By Caroline Cummings

SHAFER, Minn. (WCCO)–  At Pleasant Valley Orchard, 50 minutes north of the Twin Cities, 5,000 apple trees dot 15 acres of land. But if you’re looking for high-speed internet, it’s a desert.

“I think people take it for granted, but we don’t take it for granted at all,” said Judy Erickson, co-owner of the orchard. “We would desperately want to have that technology available for us.”

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The internet she does have access to at her home across the street is slow and disconnects often. It makes it difficult to run her family-owned small business, inhibiting seemingly simple tasks as printing a credit card receipt and streamlining operations to track inventory after a sale. And of course, Zoom meetings freeze.

“There’s just a lot of inefficiencies and time delays and time is money in a small business,” Erickson said.

Millions across America are like Erickson without access to high-speed internet, which is an obstacle to education and work in the 21st century. A new infrastructure package awaiting President Joe Biden’s signature in Washington includes $65 billion in order to bridge digital divides.

That includes at least $100 million for Minnesota — if not more.

“While the pandemic sort of highlighted the issues that we have and the gaps that we have, the need for the high-speed broadband doesn’t go away when the pandemic is over,” said Marc Johnson, executive director of the East Central Minnesota Educational Cable Cooperative and a member of the Governor’s Taskforce on Broadband.

He pointed to forthcoming data from the Minnesota Office of Broadband Development that indicates 171,000 households in Minnesota have little to no broadband access and another 240,000 are considered underserved because they don’t meet the state goal of broadband speeds of 100/20 Mbps by 2026.

The Erickson’s speed? 5.37 Mbps. That’s the difference between minutes and hours to upload large files. Some Minnesotans have to transfer files overnight to make it work.

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Johnson also noted that the legislature this session flagged $70 million for over two years, which will help the state’s efforts to bring everyone online with adequate speeds, he said, but isn’t enough to cross the “finish line.” The parts of the state that need connection are the most expensive.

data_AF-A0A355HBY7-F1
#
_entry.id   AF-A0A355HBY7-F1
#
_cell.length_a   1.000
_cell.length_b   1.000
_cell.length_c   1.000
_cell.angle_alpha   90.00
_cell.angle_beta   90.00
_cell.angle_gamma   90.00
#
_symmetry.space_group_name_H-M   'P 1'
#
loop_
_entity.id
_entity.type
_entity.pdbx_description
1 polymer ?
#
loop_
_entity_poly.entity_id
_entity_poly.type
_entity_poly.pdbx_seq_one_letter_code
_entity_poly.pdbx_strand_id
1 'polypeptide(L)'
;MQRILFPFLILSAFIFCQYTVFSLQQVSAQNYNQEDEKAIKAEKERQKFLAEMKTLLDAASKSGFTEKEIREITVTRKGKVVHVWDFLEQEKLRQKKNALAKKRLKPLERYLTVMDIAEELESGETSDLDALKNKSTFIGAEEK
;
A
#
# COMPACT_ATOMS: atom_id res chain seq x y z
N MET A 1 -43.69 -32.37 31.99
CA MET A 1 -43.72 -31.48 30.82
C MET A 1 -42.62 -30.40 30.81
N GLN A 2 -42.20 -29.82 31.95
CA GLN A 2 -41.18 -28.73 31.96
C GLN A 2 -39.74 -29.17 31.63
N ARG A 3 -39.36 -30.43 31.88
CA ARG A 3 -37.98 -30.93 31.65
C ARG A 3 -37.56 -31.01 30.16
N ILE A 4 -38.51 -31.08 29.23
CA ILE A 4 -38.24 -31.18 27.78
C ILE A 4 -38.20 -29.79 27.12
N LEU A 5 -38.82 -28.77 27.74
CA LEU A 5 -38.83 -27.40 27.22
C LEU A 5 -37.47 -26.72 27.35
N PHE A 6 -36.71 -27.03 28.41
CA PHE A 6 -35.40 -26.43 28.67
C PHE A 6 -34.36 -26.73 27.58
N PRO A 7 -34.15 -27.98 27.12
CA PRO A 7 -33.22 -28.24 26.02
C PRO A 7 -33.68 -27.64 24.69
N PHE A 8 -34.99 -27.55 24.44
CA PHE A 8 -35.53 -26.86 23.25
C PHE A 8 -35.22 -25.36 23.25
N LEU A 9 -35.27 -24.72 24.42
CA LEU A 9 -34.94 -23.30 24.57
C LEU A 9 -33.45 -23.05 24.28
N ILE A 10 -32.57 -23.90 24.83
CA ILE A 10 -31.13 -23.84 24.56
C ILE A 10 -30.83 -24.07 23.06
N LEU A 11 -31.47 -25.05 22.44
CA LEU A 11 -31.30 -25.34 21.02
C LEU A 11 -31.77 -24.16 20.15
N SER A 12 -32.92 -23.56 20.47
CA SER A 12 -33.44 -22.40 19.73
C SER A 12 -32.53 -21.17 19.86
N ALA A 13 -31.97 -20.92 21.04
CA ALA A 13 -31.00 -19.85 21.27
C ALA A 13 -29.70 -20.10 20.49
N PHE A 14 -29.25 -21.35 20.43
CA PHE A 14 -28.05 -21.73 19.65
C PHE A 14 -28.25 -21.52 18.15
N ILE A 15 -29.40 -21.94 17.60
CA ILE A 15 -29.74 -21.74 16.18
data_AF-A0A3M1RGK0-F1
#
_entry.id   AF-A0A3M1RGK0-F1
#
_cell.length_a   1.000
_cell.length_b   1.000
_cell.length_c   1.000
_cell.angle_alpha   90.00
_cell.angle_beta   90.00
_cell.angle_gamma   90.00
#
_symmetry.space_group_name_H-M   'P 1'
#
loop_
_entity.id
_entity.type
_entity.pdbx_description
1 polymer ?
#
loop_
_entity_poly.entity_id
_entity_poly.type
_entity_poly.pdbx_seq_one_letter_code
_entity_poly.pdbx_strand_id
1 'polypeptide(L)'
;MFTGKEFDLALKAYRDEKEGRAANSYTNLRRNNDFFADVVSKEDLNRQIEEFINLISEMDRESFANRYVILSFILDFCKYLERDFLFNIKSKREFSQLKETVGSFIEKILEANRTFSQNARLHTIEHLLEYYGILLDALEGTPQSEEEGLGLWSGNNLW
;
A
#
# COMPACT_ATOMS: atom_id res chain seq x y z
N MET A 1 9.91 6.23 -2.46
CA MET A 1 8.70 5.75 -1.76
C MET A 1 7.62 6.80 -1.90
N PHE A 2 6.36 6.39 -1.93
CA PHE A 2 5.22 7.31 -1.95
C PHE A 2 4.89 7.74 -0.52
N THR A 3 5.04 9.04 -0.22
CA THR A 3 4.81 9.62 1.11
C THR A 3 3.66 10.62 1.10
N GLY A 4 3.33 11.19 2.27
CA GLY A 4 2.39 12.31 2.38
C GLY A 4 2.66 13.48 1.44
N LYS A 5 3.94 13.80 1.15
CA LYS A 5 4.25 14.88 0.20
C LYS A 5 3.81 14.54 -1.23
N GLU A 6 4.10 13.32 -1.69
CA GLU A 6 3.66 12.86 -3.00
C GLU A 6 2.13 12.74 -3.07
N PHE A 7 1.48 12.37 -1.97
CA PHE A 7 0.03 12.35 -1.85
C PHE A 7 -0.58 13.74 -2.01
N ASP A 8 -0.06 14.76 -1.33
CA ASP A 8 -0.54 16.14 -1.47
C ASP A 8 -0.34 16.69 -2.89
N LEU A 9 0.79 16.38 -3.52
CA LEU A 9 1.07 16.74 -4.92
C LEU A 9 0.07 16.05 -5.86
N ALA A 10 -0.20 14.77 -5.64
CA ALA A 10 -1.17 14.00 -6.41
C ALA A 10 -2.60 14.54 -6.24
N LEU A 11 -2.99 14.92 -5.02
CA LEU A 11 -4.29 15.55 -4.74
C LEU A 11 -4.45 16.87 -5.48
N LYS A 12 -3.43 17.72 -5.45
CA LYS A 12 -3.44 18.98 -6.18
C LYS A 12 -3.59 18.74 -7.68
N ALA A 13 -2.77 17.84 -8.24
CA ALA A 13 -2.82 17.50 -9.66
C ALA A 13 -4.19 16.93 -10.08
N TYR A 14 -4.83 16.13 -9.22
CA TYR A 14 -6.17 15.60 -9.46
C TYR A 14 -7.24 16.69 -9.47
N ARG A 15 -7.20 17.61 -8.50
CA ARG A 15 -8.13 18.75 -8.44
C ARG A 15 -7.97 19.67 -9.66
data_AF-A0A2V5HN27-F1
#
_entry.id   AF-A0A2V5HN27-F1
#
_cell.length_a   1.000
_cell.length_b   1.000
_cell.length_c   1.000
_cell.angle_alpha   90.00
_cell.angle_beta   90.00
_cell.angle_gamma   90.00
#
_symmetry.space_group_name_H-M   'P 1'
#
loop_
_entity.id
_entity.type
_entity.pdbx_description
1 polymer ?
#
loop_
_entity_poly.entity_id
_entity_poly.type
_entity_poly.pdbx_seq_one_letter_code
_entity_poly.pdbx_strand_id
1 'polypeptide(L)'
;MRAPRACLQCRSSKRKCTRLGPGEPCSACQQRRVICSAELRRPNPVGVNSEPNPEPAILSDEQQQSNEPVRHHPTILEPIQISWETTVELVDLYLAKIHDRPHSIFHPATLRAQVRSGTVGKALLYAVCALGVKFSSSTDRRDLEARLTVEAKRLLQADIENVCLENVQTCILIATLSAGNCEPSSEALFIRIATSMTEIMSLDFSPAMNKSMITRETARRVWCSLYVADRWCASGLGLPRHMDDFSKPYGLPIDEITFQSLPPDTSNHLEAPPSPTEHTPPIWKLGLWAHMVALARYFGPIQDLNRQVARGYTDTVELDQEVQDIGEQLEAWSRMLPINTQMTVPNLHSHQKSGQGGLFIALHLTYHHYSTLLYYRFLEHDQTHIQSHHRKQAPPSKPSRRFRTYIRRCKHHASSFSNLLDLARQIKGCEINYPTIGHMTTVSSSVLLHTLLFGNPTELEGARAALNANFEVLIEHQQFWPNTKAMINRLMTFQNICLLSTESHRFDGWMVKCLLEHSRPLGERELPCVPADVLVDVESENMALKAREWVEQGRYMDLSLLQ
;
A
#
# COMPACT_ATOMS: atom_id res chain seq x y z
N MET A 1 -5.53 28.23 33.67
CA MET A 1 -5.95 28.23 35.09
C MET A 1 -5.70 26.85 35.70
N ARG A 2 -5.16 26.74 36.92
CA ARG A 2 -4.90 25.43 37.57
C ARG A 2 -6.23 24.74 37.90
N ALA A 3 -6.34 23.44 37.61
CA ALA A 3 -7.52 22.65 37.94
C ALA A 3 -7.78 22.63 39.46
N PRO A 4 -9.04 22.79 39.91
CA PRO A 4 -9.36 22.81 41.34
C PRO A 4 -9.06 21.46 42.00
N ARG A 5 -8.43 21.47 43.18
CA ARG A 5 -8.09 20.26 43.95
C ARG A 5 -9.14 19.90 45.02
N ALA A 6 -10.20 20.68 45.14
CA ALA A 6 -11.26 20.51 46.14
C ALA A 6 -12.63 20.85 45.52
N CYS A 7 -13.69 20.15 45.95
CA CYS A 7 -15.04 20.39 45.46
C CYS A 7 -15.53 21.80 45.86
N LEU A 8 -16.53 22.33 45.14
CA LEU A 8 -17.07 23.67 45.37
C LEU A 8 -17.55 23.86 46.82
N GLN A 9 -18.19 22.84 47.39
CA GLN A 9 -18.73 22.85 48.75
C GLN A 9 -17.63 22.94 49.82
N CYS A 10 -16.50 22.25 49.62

He noted that $100 million per state for broadband is the baseline, and that number could increase based on need.

“It’s very, very encouraging for the state,” Johnson said. “We’re very excited about that.”

During a news conference on Tuesday, U.S. Reps. Dean Phillips and Angie Craig touted the upwards of $7 billion total that could flow to the state for infrastructure, including broadband. Craig praised the provision as one that will help rural communities “survive and thrive.”

“This is really going to help us make sure that that gap is closed once and for all,” Craig said.

The U.S. Department of Commerce will play a large role in administering the funds to states and local governments. Once that the infrastructure deal is signed into law, it will still take months to set up a broadband program, said Commerce Secretary Gina Raimondo at the White House on Tuesday. Then it might be well into next year before the physical projects begin, according to CBS News.

For Judy Erickson, the access to high-speed internet in her community can’t come soon enough. She likened the expansion to when electricity final reached her parents in rural America decades ago.

“They thought that was important to all rural Minnesotans or all rural Americans that you have electricity. In today’s economy, this is just the same thing,” Erickson said.

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Caroline Cummings